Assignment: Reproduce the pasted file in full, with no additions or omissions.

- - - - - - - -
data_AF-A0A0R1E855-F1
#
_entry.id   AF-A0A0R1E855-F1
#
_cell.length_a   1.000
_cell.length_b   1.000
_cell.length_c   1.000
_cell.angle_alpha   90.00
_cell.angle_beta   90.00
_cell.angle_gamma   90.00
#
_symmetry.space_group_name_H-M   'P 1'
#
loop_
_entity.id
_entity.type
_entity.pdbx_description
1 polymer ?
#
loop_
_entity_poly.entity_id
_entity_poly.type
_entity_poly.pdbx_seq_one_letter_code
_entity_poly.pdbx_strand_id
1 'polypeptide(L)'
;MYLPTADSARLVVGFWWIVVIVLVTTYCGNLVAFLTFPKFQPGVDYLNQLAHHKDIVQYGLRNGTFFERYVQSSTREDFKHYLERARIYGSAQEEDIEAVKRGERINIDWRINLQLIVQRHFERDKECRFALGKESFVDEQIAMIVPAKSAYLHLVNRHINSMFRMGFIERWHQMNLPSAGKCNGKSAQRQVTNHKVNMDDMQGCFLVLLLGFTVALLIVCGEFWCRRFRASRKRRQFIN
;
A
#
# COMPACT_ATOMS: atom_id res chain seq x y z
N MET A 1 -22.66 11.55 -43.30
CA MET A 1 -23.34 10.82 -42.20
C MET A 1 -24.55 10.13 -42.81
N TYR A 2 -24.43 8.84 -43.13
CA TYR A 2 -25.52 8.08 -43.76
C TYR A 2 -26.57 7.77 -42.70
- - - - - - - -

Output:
data_AF-A0A0R1E855-F1
#
_entry.id   AF-A0A0R1E855-F1
#
_cell.length_a   1.000
_cell.length_b   1.000
_cell.length_c   1.000
_cell.angle_alpha   90.00
_cell.angle_beta   90.00
_cell.angle_gamma   90.00
#
_symmetry.space_group_name_H-M   'P 1'
#
loop_
_entity.id
_entity.type
_entity.pdbx_description
1 polymer ?
#
loop_
_entity_poly.entity_id
_entity_poly.type
_entity_poly.pdbx_seq_one_letter_code
_entity_poly.pdbx_strand_id
1 'polypeptide(L)'
;MYLPTADSARLVVGFWWIVVIVLVTTYCGNLVAFLTFPKFQPGVDYLNQLAHHKDIVQYGLRNGTFFERYVQSSTREDFKHYLERARIYGSAQEEDIEAVKRGERINIDWRINLQLIVQRHFERDKECRFALGKESFVDEQIAMIVPAKSAYLHLVNRHINSMFRMGFIERWHQMNLPSAGKCNGKSAQRQVTNHKVNMDDMQGCFLVLLLGFTVALLIVCGEFWCRRFRASRKRRQFIN
;
A
#
# COMPACT_ATOMS: atom_id res chain seq x y z
N MET A 1 -22.66 11.55 -43.30
CA MET A 1 -23.34 10.82 -42.20
C MET A 1 -24.55 10.13 -42.81
N TYR A 2 -24.43 8.84 -43.13
CA TYR A 2 -25.52 8.08 -43.76
C TYR A 2 -26.57 7.77 -42.70